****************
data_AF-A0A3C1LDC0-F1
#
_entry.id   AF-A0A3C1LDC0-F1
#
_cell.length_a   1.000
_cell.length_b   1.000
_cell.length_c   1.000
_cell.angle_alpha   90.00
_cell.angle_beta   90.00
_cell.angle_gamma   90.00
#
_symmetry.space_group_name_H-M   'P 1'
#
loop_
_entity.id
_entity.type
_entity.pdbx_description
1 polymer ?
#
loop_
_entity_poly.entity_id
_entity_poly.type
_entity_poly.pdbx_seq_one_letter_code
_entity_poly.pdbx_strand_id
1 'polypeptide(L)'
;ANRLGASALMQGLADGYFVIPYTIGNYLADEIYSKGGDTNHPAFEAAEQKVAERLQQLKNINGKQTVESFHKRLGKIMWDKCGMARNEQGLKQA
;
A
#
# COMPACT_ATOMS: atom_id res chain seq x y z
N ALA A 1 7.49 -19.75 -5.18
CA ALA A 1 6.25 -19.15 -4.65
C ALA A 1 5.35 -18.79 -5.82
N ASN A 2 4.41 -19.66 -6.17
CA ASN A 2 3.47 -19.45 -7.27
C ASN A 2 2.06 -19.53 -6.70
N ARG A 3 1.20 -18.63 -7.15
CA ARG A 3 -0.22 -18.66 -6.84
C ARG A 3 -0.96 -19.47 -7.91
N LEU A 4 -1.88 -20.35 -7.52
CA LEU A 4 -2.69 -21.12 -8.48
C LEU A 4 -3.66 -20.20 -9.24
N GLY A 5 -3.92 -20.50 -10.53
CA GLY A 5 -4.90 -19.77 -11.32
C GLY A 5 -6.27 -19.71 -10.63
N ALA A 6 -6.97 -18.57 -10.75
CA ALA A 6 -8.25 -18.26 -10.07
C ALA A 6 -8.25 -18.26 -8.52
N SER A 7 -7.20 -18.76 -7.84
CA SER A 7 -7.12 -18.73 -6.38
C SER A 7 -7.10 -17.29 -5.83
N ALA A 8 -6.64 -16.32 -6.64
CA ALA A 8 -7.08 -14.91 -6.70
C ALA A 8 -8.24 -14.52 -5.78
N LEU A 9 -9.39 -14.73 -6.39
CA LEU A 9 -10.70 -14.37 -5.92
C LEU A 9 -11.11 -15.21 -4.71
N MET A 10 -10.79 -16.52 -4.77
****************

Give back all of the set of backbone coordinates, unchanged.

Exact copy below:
data_AF-A0A3C1LDC0-F1
#
_entry.id   AF-A0A3C1LDC0-F1
#
_cell.length_a   1.000
_cell.length_b   1.000
_cell.length_c   1.000
_cell.angle_alpha   90.00
_cell.angle_beta   90.00
_cell.angle_gamma   90.00
#
_symmetry.space_group_name_H-M   'P 1'
#
loop_
_entity.id
_entity.type
_entity.pdbx_description
1 polymer ?
#
loop_
_entity_poly.entity_id
_entity_poly.type
_entity_poly.pdbx_seq_one_letter_code
_entity_poly.pdbx_strand_id
1 'polypeptide(L)'
;ANRLGASALMQGLADGYFVIPYTIGNYLADEIYSKGGDTNHPAFEAAEQKVAERLQQLKNINGKQTVESFHKRLGKIMWDKCGMARNEQGLKQA
;
A
#
# COMPACT_ATOMS: atom_id res chain seq x y z
N ALA A 1 7.49 -19.75 -5.18
CA ALA A 1 6.25 -19.15 -4.65
C ALA A 1 5.35 -18.79 -5.82
N ASN A 2 4.41 -19.66 -6.17
CA ASN A 2 3.47 -19.45 -7.27
C ASN A 2 2.06 -19.53 -6.70
N ARG A 3 1.20 -18.63 -7.15
CA ARG A 3 -0.22 -18.66 -6.84
C ARG A 3 -0.96 -19.47 -7.91
N LEU A 4 -1.88 -20.35 -7.52
CA LEU A 4 -2.69 -21.12 -8.48
C LEU A 4 -3.66 -20.20 -9.24
N GLY A 5 -3.92 -20.50 -10.53
CA GLY A 5 -4.90 -19.77 -11.32
C GLY A 5 -6.27 -19.71 -10.63
N ALA A 6 -6.97 -18.57 -10.75
CA ALA A 6 -8.25 -18.26 -10.07
C ALA A 6 -8.25 -18.26 -8.52
N SER A 7 -7.20 -18.76 -7.84
CA SER A 7 -7.12 -18.73 -6.38
C SER A 7 -7.10 -17.29 -5.83
N ALA A 8 -6.64 -16.32 -6.64
CA ALA A 8 -7.08 -14.91 -6.70
C ALA A 8 -8.24 -14.52 -5.78
N LEU A 9 -9.39 -14.73 -6.39
CA LEU A 9 -10.70 -14.37 -5.92
C LEU A 9 -11.11 -15.21 -4.71
N MET A 10 -10.79 -16.52 -4.77